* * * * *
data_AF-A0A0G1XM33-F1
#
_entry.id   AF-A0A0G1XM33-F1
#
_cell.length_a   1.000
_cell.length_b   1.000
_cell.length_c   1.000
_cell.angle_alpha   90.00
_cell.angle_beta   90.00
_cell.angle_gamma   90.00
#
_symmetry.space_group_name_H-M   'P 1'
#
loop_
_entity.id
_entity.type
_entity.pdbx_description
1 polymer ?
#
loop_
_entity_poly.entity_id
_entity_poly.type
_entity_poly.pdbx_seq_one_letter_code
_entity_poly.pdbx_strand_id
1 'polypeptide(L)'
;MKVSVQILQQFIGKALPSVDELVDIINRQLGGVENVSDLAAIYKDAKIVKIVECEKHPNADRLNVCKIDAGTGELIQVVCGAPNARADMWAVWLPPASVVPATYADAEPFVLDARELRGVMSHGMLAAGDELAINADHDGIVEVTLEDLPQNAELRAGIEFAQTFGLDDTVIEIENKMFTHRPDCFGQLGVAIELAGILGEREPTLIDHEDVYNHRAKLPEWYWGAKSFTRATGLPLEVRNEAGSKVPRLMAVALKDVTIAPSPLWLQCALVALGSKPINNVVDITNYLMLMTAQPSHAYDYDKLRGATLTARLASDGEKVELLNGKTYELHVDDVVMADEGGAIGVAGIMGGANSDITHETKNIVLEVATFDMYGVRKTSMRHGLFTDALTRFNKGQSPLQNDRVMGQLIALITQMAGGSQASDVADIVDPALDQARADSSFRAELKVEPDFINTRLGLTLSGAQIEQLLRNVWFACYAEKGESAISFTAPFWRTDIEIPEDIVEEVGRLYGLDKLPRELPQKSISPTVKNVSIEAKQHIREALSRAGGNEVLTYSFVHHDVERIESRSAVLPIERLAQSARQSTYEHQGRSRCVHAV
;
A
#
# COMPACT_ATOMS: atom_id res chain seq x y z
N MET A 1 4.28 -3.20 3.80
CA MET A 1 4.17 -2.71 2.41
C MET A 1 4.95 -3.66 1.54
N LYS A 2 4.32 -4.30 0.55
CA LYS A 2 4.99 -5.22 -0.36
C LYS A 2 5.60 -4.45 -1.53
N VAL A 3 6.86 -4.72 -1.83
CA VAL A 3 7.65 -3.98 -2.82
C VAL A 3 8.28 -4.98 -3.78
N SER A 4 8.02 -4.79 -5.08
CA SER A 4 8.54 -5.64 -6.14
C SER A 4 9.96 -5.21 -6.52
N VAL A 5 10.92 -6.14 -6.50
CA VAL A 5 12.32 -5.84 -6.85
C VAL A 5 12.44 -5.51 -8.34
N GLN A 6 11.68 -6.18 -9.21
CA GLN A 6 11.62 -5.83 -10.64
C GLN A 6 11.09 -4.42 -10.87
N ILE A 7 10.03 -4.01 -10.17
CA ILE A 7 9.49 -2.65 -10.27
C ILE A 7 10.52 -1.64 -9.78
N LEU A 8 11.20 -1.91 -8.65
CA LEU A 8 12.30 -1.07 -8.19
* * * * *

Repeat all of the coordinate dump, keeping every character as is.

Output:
data_AF-A0A0G1XM33-F1
#
_entry.id   AF-A0A0G1XM33-F1
#
_cell.length_a   1.000
_cell.length_b   1.000
_cell.length_c   1.000
_cell.angle_alpha   90.00
_cell.angle_beta   90.00
_cell.angle_gamma   90.00
#
_symmetry.space_group_name_H-M   'P 1'
#
loop_
_entity.id
_entity.type
_entity.pdbx_description
1 polymer ?
#
loop_
_entity_poly.entity_id
_entity_poly.type
_entity_poly.pdbx_seq_one_letter_code
_entity_poly.pdbx_strand_id
1 'polypeptide(L)'
;MKVSVQILQQFIGKALPSVDELVDIINRQLGGVENVSDLAAIYKDAKIVKIVECEKHPNADRLNVCKIDAGTGELIQVVCGAPNARADMWAVWLPPASVVPATYADAEPFVLDARELRGVMSHGMLAAGDELAINADHDGIVEVTLEDLPQNAELRAGIEFAQTFGLDDTVIEIENKMFTHRPDCFGQLGVAIELAGILGEREPTLIDHEDVYNHRAKLPEWYWGAKSFTRATGLPLEVRNEAGSKVPRLMAVALKDVTIAPSPLWLQCALVALGSKPINNVVDITNYLMLMTAQPSHAYDYDKLRGATLTARLASDGEKVELLNGKTYELHVDDVVMADEGGAIGVAGIMGGANSDITHETKNIVLEVATFDMYGVRKTSMRHGLFTDALTRFNKGQSPLQNDRVMGQLIALITQMAGGSQASDVADIVDPALDQARADSSFRAELKVEPDFINTRLGLTLSGAQIEQLLRNVWFACYAEKGESAISFTAPFWRTDIEIPEDIVEEVGRLYGLDKLPRELPQKSISPTVKNVSIEAKQHIREALSRAGGNEVLTYSFVHHDVERIESRSAVLPIERLAQSARQSTYEHQGRSRCVHAV
;
A
#
# COMPACT_ATOMS: atom_id res chain seq x y z
N MET A 1 4.28 -3.20 3.80
CA MET A 1 4.17 -2.71 2.41
C MET A 1 4.95 -3.66 1.54
N LYS A 2 4.32 -4.30 0.55
CA LYS A 2 4.99 -5.22 -0.36
C LYS A 2 5.60 -4.45 -1.53
N VAL A 3 6.86 -4.72 -1.83
CA VAL A 3 7.65 -3.98 -2.82
C VAL A 3 8.28 -4.98 -3.78
N SER A 4 8.02 -4.79 -5.08
CA SER A 4 8.54 -5.64 -6.14
C SER A 4 9.96 -5.21 -6.52
N VAL A 5 10.92 -6.14 -6.50
CA VAL A 5 12.32 -5.84 -6.85
C VAL A 5 12.44 -5.51 -8.34
N GLN A 6 11.68 -6.18 -9.21
CA GLN A 6 11.62 -5.83 -10.64
C GLN A 6 11.09 -4.42 -10.87
N ILE A 7 10.03 -4.01 -10.17
CA ILE A 7 9.49 -2.65 -10.27
C ILE A 7 10.52 -1.64 -9.78
N LEU A 8 11.20 -1.91 -8.65
CA LEU A 8 12.30 -1.07 -8.19